Thirty-three years ago today Mark Feldman of San Francisco died of AIDS complications. He was one of the first in the city to disclose publicly his diagnosis in talks and newspaper interviews and on radio and TV reports. He was the first to coin the term “person with AIDS” and thus rejected the identity foisted on him and many others of being “AIDS victims.” He also refused the less-offensive tag of being an around-the-clock “AIDS patient.” “I am a person, a person with AIDS,” he proclaimed. He would be neither a pariah nor a disease.
In the six-and-a-half months he had before succumbing to AIDS, Feldman helped lay the foundation for what became an international People with AIDS movement. These PWA’s – the shorthand they used – demanded a voice in AIDS policy, treatment, and politics. Their perspective on the epidemic disease was one that needed to he heard. Their efforts contributed to the activism that changed national and global health care and services.
Today I googled Mark Feldman to see what the internet now carried about him. I found an article from ten years ago by Dan Pine writing for the J Weekly.com, a publication covering the San Francisco and Bay Area Jewish community. Titled, “How AIDS Battered One SF Synagogue: A 25-Year Retrospective,” it begins:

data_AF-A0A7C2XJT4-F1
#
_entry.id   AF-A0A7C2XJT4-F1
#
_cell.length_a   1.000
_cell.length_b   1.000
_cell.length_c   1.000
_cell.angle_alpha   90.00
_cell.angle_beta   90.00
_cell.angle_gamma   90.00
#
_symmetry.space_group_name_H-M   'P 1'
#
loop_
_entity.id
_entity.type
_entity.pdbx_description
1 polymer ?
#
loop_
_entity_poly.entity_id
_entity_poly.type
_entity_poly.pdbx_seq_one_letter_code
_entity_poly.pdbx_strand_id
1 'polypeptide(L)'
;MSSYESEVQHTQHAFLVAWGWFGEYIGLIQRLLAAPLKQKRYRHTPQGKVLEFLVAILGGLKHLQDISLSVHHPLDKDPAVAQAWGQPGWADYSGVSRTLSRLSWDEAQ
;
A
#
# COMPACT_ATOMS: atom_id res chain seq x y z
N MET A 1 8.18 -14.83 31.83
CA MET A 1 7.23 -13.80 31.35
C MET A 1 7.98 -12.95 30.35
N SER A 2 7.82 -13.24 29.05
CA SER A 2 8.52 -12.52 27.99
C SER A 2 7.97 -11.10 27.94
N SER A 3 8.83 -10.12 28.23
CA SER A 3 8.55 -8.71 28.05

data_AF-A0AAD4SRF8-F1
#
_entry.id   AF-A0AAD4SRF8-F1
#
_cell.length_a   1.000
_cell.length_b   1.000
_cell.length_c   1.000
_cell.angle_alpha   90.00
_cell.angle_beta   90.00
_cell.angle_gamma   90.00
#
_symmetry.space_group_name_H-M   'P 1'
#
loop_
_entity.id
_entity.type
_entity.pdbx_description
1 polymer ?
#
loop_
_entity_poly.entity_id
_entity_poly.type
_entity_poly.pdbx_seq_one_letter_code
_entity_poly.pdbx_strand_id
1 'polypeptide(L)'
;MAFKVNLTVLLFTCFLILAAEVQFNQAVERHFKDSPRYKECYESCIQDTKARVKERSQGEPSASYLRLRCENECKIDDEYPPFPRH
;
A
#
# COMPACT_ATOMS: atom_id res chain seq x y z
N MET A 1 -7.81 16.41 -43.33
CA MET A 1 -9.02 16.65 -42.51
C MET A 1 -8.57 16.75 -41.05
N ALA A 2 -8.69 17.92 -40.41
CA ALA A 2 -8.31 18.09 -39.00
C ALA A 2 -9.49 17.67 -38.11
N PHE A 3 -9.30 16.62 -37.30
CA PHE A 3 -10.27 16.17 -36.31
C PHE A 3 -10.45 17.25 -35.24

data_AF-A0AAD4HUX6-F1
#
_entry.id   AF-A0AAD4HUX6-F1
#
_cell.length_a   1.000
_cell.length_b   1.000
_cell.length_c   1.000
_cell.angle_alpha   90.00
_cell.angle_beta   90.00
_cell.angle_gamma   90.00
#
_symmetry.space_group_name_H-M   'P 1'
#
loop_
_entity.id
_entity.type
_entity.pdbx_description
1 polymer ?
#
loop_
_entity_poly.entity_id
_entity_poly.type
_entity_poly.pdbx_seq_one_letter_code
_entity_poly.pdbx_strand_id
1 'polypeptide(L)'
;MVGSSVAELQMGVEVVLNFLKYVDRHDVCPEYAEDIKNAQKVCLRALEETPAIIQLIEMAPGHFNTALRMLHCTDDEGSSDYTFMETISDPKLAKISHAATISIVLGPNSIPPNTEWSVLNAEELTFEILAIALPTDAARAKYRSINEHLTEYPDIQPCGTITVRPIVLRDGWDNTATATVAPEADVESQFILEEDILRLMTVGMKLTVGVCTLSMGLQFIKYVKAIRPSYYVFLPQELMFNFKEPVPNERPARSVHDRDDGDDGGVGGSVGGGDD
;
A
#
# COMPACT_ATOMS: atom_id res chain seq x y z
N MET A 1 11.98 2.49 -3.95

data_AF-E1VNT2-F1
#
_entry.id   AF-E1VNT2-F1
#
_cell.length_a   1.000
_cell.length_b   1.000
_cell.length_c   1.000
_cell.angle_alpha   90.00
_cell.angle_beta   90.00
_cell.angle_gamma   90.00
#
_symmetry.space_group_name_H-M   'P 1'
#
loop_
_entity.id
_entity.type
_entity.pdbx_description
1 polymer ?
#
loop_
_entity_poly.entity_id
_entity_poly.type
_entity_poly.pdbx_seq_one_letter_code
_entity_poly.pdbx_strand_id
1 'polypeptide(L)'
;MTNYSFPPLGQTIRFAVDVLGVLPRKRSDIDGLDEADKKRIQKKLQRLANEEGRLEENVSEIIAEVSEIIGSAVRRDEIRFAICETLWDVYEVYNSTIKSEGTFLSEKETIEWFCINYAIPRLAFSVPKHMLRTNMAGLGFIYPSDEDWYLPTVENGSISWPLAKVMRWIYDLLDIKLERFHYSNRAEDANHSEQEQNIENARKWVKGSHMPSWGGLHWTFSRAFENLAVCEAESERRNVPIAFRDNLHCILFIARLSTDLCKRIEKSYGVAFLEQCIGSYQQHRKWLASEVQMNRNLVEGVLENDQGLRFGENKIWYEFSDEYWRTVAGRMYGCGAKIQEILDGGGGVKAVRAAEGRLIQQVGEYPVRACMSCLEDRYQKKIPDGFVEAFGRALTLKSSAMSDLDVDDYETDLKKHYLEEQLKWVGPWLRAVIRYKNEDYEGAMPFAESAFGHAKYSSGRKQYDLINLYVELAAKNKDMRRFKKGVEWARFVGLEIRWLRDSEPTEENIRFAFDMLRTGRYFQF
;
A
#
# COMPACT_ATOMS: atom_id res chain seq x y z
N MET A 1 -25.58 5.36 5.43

Mark Feldman had the world on a string.
He was young, gregarious, and smart. As director of admissions at New College, his career was on the ascent. As a co-director of publicity for Congregation Sha’ar Zahav, a largely gay and lesbian San Francisco synagogue. He was an emerging leader in the local Jewish and gay communities.
So synagogue colleagues were dumbstruck when Feldman announced at a board meeting he had come down with the “gay disease.
The year was 1983. The term AIDS had not yet become widely known. And no one then fully understood what had descended so lethally on the gay community. But Feldman knew that he was facing a grave illness, and when he succumbed a short time later at age 31, he became the first Sha’ar Zahav congregant to die of AIDS.
AIDS activism by and for people with AIDS, distinct from gay activism responding to the threat of AIDS on the behalf of the whole community, started as a way of resisting the phenomenon of social death. Social death, in which people are considered “as good as dead” and denied roles in community life, posed a unique threat to people with AIDS.
- “AIDS and Grief: A Personal Experience,” COMING UP! (the San Francisco-based lesbian/gay monthly), September 1983. Available in the archives of the San Francisco Public Library and the GLBT Historical Society of San Francisco.